- About the author
- Jonathan Christopher
Throughout the life of Monday By Noon, I’ve been quite public about my choice of operating system. Originally I was a Windows user, from there I switched to Linux and finally made my way to OS X. I haven’t looked back, and I’m consistently impressed with the quality of applications available, not only for Web design, but general use as well.
Choice of text editor is a very personal thing for any developer. I’ve tried nearly every editor under the sun, just to make sure I wasn’t missing out on anything. Over the past year or so, I’ve wobbled back and forth between TextMate and Coda. TextMate is brutally useful, and Coda is terribly beautiful and functional. Time after time I’d return to TextMate simply because of the elaborate bundles, especially the snippet implementation. Coda’s editor just didn’t cut it when it came down to the timesaving techniques TextMate has spoiled with me.
Then came Coda 1.6. Coda now supports a full range of plugin functionality, along with a stunning plugin creator. I was instantly thrilled, dying to give Coda a fighting chance against TextMate. Since the debut of 1.6, some really great third party plugins have been published, and I’m very excited about the potential of very elaborate plugins down the line.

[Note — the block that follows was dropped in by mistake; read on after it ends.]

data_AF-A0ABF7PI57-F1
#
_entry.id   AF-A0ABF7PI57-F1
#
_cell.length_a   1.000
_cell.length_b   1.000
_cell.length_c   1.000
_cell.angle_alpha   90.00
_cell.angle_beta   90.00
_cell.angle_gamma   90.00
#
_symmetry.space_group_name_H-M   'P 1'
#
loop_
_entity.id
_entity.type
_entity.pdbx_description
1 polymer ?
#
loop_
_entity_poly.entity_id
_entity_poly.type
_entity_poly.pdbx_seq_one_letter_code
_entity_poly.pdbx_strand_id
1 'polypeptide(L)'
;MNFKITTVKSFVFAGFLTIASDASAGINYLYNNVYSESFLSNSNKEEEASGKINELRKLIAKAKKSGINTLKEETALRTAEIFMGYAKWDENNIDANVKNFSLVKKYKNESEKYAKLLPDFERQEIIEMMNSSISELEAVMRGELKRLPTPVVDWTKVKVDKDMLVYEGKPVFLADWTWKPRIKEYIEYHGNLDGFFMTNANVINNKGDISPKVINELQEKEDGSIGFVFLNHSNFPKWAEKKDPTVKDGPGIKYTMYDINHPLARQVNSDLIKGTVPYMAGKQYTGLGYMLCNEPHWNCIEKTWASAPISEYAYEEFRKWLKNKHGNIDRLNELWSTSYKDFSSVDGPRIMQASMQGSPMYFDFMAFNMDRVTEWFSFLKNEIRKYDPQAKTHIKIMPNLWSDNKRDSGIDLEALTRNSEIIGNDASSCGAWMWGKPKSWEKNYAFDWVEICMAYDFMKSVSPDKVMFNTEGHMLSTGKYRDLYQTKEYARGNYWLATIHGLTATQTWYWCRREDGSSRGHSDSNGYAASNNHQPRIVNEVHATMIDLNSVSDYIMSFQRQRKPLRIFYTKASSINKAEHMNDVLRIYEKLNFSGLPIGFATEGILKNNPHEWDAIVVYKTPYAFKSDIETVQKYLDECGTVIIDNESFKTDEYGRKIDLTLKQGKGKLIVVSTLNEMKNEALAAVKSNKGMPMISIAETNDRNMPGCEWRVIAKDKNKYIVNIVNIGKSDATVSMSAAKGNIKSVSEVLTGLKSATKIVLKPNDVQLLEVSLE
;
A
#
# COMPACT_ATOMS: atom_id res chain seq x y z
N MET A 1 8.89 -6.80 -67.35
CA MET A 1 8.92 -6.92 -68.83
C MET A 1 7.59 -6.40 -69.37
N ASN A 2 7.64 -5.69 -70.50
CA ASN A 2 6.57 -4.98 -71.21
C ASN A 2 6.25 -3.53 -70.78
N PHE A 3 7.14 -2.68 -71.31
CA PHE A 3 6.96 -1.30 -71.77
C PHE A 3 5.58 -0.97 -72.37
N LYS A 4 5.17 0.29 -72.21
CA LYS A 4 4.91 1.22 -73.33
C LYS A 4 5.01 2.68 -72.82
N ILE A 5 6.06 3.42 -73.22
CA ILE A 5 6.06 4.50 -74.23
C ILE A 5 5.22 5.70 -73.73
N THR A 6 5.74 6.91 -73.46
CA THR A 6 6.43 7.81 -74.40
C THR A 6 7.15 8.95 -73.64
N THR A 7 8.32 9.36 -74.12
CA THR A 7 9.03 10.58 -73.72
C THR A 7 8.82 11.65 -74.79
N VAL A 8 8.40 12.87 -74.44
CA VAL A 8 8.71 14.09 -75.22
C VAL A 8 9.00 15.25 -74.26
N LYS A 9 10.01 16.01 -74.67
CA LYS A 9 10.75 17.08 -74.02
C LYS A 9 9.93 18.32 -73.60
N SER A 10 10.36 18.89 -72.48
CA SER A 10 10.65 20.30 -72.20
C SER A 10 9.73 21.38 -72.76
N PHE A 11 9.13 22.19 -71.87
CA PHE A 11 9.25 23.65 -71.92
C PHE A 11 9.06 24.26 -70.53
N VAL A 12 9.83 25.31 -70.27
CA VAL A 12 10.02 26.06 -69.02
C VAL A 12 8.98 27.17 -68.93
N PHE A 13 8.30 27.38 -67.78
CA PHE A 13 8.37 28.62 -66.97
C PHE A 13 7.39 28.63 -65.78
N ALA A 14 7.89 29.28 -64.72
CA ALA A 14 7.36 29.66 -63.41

I’ve never been one to get very detailed with plugin development, mostly because any plugin I wanted to write had already been done (and done well). With Coda plugins being brand new, there are plenty of plugins to write; I thought I’d give it a shot.
Writing a Coda plugin is terribly easy. It’s a matter of downloading the plugin creator, choosing from a number of languages, and publishing your plugin. If you’ve never built a plugin before, I’d definitely suggest playing around with Panic’s implementation with Coda, it’s a very satisfying experience.
Unfortunately, in its current state, my plugin is nowhere near as advanced as the TextMate implementation. In TextMate, you can simply trigger the snippet and type your comment as you go. My plugin instead uses an existing line of text and transforms that into a comment banner. Once I take a closer look at the Coda plugin architecture, I’d like to completely duplicate the TextMate implementation.
Another feature that’s currently incomplete is the syntax mode detection. I’ve only had time to implement a few of the document types I find myself editing most often. Once I look into the comment syntax of all the modes supported by Coda, I’ll make additions to make the plugin that much more comprehensive. Of course, if your syntax mode of choice is not supported (there’s a good chance it may not be) you can post a comment below and let me know about it, I’ll make updates as soon as possible.
You can trigger the plugin by typing your intended comment (single line of text) and choosing Plug-ins > Comment Banner, or simply use the key command from TextMate; Control + Shift + B.
If you’re a Coda user, I hope you find this plugin useful. If you’ve got any feedback at all please take a moment and post in the comment thread, and stay tuned for updates!